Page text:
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Saturday, September 4, 1999 Published at 11:05 GMT 12:05 UK

World: Middle East

Albright finds Syrians cool towards Israel

Farooq al-Shaara told Madeleine Albright he was disappointed

US Secretary of State Madeleine Albright has held talks in the Syrian capital Damascus with President Hafez al-Assad on how to revive Syrian-Israeli peace talks.

Middle East
She was seen off at Damascus airport by foreign minister Farouq al-Shara who said he was disappointed at the proposals by Israel to restart negotiations that broke off in early 1996.

Syria told Mrs Albright that it would hold peace talks with Israel if it could be assured of recovering the strategic Golan Heights.

Mr al-Shara said Israeli Prime Minister Ehud Barak was in the mould of his late predecessor Yitzhak Rabin, who Syria says had made a commitment to give back the lost land.

[ image: Albright: Light from the Israeli-Palestinian deal should illuminate the whole region]
Albright: Light from the Israeli-Palestinian deal should illuminate the whole region
"We believe Prime Minister Barak belongs to the school of Rabin and he considers Rabin his mentor and he is going to follow his steps," Mr al-Shara said

Mrs Albright said negotiations with Syria should be based on the principle of "land-for-peace."

But she declined to say whether she agreed with Mr al-Shara, who told reporters at a joint news conference: "We would like to resume where we left off".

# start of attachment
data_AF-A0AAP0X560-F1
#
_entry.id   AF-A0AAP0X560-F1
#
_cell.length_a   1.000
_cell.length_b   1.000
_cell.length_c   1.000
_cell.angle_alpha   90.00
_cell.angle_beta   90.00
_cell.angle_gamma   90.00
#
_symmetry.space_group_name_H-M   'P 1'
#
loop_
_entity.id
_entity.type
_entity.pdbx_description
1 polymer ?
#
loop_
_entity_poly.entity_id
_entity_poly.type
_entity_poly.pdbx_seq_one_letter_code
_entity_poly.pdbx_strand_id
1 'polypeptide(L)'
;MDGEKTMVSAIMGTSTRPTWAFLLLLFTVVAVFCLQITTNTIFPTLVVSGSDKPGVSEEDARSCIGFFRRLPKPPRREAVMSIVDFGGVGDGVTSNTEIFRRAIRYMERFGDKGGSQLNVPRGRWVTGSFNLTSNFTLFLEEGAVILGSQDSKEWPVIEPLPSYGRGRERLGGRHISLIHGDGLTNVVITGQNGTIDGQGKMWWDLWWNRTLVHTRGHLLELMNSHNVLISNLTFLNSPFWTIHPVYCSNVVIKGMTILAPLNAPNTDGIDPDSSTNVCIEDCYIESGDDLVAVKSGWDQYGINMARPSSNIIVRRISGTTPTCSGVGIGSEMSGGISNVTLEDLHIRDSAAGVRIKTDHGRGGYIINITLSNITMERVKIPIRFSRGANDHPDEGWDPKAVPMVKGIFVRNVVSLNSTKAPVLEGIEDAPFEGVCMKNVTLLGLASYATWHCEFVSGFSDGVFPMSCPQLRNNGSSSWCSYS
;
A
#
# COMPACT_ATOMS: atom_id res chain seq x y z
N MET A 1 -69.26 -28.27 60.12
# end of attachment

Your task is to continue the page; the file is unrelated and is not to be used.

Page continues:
Referring to Friday's Israeli-Palestinian deal, Mrs Albright said "the light that came from yesterday's agreement should illuminate the whole region."

She described her meeting with President Assad as "useful and constructive."

Lebanon suprise

Mrs Albright then flew to Lebanon for unscheduled talks with Lebanese officials on re-starting frozen peace moves with Israel.

She was the first secretary of state to land at Beirut airport since George Shultz in 1983 - an indication of improving US confidence in security in Lebanon.

Disagreement on how to start

The BBC's David Sells special report for Newsnight on Syria's role in the peace process
Syria's sporadic negotiations with Israel, which opened in 1991, halted in early 1996 and remained at a standstill during the three-year rule of former right-wing Israeli Prime Minister Binyamin Netanyahu.

Mr Barak and President Assad have indicated they are ready to authorise a return to the negotiating table - but they disagree on what basis the talks should resume.

The Syrians insist they had reached agreement with the former Israeli Prime Minister, Yitzhak Rabin, before his assassination in 1995.

Mr Barak may want to follow in Mr Rabin's footsteps, but BBC regional analysist Roger Hardy says that in his dealings with President Assad he cannot afford to give up his main bargaining chip in advance.


[ image: Hafez al-Assad: The US wants to secure a deal while he still holds the presidency]
Hafez al-Assad: The US wants to secure a deal while he still holds the presidency
There is a new sense of urgency about the quest for a breakthrough. The Clinton administration officials believe that the best way to bolster a fragile peace process is by bringing in Syria.

This would, in turn, help to secure an agreement with Syria's neighbour Lebanon - and thus, as they like to put it, "complete the circle of peace".

The Syrian leader's health is causing concern. Both the Americans and the Israelis seem to feel that President Assad, 68, is better placed to strike a deal than any possible successor.

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